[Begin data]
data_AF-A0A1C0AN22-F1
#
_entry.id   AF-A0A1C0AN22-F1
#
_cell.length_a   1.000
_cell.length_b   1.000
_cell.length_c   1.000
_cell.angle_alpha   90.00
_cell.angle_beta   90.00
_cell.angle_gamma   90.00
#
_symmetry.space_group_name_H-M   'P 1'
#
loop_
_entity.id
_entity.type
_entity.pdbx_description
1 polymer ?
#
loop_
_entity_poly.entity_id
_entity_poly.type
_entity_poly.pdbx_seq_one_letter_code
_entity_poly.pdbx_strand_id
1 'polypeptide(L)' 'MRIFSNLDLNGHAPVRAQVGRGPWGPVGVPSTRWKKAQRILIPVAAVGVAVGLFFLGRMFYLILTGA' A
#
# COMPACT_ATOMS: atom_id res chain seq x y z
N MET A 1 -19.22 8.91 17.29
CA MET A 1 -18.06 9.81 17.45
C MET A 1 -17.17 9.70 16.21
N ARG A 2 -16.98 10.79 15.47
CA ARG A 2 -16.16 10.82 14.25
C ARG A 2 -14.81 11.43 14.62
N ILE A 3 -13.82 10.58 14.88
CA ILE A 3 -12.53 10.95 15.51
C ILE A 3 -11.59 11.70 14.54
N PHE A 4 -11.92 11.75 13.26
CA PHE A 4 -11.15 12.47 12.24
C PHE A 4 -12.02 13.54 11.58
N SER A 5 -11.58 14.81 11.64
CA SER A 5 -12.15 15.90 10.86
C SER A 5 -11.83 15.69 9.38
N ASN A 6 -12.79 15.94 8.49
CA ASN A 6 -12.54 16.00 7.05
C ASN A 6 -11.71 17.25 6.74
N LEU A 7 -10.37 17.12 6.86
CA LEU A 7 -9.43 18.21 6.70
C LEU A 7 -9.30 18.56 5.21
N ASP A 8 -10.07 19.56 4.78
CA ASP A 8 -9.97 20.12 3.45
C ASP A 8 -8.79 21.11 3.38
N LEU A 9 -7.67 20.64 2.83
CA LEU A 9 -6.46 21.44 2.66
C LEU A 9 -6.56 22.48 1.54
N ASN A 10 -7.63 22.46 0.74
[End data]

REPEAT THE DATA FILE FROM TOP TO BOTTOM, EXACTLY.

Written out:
data_AF-A0A1C0AN22-F1
#
_entry.id   AF-A0A1C0AN22-F1
#
_cell.length_a   1.000
_cell.length_b   1.000
_cell.length_c   1.000
_cell.angle_alpha   90.00
_cell.angle_beta   90.00
_cell.angle_gamma   90.00
#
_symmetry.space_group_name_H-M   'P 1'
#
loop_
_entity.id
_entity.type
_entity.pdbx_description
1 polymer ?
#
loop_
_entity_poly.entity_id
_entity_poly.type
_entity_poly.pdbx_seq_one_letter_code
_entity_poly.pdbx_strand_id
1 'polypeptide(L)' 'MRIFSNLDLNGHAPVRAQVGRGPWGPVGVPSTRWKKAQRILIPVAAVGVAVGLFFLGRMFYLILTGA' A
#
# COMPACT_ATOMS: atom_id res chain seq x y z
N MET A 1 -19.22 8.91 17.29
CA MET A 1 -18.06 9.81 17.45
C MET A 1 -17.17 9.70 16.21
N ARG A 2 -16.98 10.79 15.47
CA ARG A 2 -16.16 10.82 14.25
C ARG A 2 -14.81 11.43 14.62
N ILE A 3 -13.82 10.58 14.88
CA ILE A 3 -12.53 10.95 15.51
C ILE A 3 -11.59 11.70 14.54
N PHE A 4 -11.92 11.75 13.26
CA PHE A 4 -11.15 12.47 12.24
C PHE A 4 -12.02 13.54 11.58
N SER A 5 -11.58 14.81 11.64
CA SER A 5 -12.15 15.90 10.86
C SER A 5 -11.83 15.69 9.38
N ASN A 6 -12.79 15.94 8.49
CA ASN A 6 -12.54 16.00 7.05
C ASN A 6 -11.71 17.25 6.74
N LEU A 7 -10.37 17.12 6.86
CA LEU A 7 -9.43 18.21 6.70
C LEU A 7 -9.30 18.56 5.21
N ASP A 8 -10.07 19.56 4.78
CA ASP A 8 -9.97 20.12 3.45
C ASP A 8 -8.79 21.11 3.38
N LEU A 9 -7.67 20.64 2.83
CA LEU A 9 -6.46 21.44 2.66
C LEU A 9 -6.56 22.48 1.54
N ASN A 10 -7.63 22.46 0.74